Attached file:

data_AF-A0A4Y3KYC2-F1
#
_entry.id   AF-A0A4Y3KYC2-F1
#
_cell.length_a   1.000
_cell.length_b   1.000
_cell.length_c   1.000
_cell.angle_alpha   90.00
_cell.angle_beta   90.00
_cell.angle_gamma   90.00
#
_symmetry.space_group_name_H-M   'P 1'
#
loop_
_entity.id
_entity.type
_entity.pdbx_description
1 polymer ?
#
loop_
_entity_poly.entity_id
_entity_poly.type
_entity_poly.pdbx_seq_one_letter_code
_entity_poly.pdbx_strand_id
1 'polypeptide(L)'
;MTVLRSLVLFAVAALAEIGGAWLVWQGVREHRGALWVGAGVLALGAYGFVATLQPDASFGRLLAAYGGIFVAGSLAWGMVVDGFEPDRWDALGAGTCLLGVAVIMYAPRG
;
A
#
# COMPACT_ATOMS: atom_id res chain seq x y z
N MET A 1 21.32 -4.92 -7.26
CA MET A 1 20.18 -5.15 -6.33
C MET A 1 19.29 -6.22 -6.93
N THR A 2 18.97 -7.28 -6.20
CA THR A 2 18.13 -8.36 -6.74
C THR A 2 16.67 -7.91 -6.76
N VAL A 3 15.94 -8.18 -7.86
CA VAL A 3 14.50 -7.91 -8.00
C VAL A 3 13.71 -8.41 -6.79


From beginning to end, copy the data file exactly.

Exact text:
data_AF-A0A4Y3KYC2-F1
#
_entry.id   AF-A0A4Y3KYC2-F1
#
_cell.length_a   1.000
_cell.length_b   1.000
_cell.length_c   1.000
_cell.angle_alpha   90.00
_cell.angle_beta   90.00
_cell.angle_gamma   90.00
#
_symmetry.space_group_name_H-M   'P 1'
#
loop_
_entity.id
_entity.type
_entity.pdbx_description
1 polymer ?
#
loop_
_entity_poly.entity_id
_entity_poly.type
_entity_poly.pdbx_seq_one_letter_code
_entity_poly.pdbx_strand_id
1 'polypeptide(L)'
;MTVLRSLVLFAVAALAEIGGAWLVWQGVREHRGALWVGAGVLALGAYGFVATLQPDASFGRLLAAYGGIFVAGSLAWGMVVDGFEPDRWDALGAGTCLLGVAVIMYAPRG
;
A
#
# COMPACT_ATOMS: atom_id res chain seq x y z
N MET A 1 21.32 -4.92 -7.26
CA MET A 1 20.18 -5.15 -6.33
C MET A 1 19.29 -6.22 -6.93
N THR A 2 18.97 -7.28 -6.20
CA THR A 2 18.13 -8.36 -6.74
C THR A 2 16.67 -7.91 -6.76
N VAL A 3 15.94 -8.18 -7.86
CA VAL A 3 14.50 -7.91 -8.00
C VAL A 3 13.71 -8.41 -6.79